Grandfather Cecil Rodgers of Ohio was decorating his house for his grandchildren for the Christmas holiday. He got a call from one of his adult grandchildren, saying the grandchildren had been involved in a car crash hitting a woman’s car.

“He said, ‘I hit a woman’s car and she was seven months pregnant. And they charged me with drunken driving and I’m in jail,’” Rodgers paraphrased.

Another man got on the phone claiming to be the grandson’s lawyer, told Rodgers that he had to go to a Walmart store to do a direct store-to-store money transfer, and the amount of $2,300 was required to pay for his grandson’s bail bond.

“I’m going to try to get him out so he can drive home,” the man told Rodgers.

Rodgers, as a grandfather who cares for his grandchildren a lot, went to withdraw $2,000 from his bank and proceeded to the local Walmart in Everdale.

The grandfather did not suspect anything was fishy until after he handed his money to Audrella Taylor, the five-year Walmart employee at the register. After hearing the story from Rodgers, immediately her suspicions were aroused.

“He said something about somebody was locked up in jail, he got a call, and he needed to send $2,000,” Taylor recalled, suspected that Rodgers had been contacted by a scammer.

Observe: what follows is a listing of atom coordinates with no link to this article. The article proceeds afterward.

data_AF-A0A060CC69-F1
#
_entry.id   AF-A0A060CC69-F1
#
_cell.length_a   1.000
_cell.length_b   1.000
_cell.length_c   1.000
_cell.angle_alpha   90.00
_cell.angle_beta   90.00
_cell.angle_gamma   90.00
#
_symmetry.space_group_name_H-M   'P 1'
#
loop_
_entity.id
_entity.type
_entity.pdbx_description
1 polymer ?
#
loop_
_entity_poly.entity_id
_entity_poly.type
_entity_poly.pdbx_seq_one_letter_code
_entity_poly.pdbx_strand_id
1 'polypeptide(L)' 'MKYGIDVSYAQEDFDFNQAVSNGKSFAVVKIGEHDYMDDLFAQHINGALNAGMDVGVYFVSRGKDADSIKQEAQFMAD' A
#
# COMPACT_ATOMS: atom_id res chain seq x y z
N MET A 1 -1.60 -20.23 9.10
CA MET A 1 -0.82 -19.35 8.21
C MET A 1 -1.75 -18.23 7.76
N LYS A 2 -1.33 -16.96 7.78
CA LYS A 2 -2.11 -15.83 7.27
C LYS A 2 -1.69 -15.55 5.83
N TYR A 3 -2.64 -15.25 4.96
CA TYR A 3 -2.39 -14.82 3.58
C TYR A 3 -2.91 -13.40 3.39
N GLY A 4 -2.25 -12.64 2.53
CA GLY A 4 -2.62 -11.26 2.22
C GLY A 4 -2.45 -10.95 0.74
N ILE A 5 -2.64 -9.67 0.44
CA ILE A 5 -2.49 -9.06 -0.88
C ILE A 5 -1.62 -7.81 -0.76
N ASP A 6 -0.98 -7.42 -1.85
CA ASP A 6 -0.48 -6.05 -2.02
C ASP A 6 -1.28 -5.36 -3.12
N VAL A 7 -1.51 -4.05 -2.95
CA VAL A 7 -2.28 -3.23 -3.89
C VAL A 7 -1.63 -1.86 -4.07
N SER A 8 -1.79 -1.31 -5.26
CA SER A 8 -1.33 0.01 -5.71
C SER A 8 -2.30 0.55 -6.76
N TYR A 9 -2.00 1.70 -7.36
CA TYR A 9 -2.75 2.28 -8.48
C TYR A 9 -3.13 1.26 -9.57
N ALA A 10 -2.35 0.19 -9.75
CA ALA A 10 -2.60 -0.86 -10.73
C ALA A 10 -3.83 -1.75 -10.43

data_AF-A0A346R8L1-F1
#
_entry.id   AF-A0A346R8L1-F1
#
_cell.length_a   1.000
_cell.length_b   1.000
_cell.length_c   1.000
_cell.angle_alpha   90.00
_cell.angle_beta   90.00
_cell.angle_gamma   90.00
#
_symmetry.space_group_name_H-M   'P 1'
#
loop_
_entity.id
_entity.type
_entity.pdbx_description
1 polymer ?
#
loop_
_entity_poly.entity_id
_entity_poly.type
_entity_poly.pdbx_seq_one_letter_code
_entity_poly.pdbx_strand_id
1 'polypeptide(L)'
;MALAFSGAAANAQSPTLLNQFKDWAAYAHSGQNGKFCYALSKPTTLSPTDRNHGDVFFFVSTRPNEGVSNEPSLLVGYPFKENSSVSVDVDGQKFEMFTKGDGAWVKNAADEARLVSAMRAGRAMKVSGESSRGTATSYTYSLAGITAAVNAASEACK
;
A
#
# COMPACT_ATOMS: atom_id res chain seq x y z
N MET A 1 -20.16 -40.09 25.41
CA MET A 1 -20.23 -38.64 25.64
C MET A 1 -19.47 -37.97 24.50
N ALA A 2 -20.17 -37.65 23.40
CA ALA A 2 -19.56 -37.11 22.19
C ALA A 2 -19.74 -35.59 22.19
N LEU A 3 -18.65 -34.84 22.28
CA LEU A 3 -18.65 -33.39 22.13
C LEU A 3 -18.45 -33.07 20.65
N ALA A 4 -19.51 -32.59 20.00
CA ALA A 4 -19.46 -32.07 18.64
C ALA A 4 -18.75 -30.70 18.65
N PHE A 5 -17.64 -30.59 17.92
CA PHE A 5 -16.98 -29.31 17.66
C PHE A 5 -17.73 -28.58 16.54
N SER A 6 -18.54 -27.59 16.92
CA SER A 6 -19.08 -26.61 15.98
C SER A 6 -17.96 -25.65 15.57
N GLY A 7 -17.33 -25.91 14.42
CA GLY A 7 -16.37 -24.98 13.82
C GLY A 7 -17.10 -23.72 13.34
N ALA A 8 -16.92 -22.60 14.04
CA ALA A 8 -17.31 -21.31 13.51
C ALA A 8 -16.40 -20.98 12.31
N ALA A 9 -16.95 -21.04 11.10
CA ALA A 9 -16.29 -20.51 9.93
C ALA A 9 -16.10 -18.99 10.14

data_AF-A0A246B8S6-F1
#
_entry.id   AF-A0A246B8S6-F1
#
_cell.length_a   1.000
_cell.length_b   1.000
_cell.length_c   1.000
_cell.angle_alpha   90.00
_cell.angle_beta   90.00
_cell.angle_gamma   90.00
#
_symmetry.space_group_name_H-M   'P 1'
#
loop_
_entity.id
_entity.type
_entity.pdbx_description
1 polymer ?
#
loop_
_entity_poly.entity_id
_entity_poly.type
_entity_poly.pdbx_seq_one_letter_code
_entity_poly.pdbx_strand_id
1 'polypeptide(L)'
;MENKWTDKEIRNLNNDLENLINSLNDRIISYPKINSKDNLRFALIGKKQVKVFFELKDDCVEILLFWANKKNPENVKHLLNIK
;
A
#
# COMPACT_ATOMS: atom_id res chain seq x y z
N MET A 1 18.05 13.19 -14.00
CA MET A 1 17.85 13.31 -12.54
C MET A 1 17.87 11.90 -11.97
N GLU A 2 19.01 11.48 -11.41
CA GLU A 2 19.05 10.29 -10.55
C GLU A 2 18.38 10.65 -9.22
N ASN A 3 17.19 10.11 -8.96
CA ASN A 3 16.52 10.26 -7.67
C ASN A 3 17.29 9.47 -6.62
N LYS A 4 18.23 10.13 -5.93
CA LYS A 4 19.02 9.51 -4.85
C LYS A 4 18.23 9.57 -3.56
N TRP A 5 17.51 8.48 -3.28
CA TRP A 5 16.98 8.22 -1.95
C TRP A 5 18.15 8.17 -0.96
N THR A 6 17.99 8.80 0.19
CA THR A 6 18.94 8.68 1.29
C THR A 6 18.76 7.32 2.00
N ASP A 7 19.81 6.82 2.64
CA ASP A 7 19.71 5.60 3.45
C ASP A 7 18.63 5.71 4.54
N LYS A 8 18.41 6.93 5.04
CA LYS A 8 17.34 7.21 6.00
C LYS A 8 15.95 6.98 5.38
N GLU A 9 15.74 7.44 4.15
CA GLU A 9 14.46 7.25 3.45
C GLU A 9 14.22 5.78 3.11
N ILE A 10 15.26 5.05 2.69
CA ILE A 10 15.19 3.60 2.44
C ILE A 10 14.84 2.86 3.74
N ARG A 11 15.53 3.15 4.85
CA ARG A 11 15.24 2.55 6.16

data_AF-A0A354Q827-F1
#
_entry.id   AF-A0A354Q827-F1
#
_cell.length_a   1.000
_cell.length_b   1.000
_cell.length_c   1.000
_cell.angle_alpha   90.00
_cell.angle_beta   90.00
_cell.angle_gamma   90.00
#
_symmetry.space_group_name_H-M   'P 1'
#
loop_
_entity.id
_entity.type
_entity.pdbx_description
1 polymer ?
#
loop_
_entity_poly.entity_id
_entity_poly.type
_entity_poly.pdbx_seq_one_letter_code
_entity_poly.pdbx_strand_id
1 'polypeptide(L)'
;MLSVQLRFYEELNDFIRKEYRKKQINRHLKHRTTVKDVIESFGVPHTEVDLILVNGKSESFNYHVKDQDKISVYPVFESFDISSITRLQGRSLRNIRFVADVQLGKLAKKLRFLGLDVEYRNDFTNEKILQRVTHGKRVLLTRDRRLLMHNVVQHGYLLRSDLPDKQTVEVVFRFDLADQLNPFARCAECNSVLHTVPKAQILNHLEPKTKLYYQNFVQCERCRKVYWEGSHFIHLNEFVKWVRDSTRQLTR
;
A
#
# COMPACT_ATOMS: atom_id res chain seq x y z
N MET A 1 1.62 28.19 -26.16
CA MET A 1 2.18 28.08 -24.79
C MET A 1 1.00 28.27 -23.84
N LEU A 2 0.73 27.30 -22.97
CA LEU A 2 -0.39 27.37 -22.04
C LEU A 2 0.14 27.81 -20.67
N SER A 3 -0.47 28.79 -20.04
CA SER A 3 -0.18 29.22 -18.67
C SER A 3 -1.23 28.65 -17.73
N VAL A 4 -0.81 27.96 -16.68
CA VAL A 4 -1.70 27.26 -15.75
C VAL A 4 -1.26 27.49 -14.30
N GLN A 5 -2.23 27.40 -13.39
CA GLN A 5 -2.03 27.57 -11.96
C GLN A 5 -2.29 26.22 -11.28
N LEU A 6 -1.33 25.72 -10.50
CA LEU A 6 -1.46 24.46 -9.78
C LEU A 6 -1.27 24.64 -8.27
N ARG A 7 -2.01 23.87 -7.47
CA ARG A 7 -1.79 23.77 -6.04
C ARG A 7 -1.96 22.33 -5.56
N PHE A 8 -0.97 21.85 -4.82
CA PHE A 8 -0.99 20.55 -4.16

“I said, ‘I am going to refuse the sender. I’m not going to let you send that money. I think you are being scammed,’” Taylor recounted.

“Because his daughter hadn’t been contacted yet, I felt like if a son was in true need, the mom would have been contacted first before the grandpa would,” Taylor explained.

Taylor then told Rodgers to return home and call his children to check if his grandson really had been in a car crash, and as it turned out, in fact, his grandson was in college, safe and sound.

After Taylor’s manager, Dominic Gross said he was very proud of her. Cecil and his family are also very grateful for her help. The $2,000 was the money he had planned to used for Christmas shopping money.

“We are very happy with Audrella and all our customer service associates who help in that manner,” he said, then adding that they will be training cashiers to look out for signs that a person might be the victim of a scam.

Rodgers also thanked Taylor for her help in saving his money. “I don’t have much,” he said.


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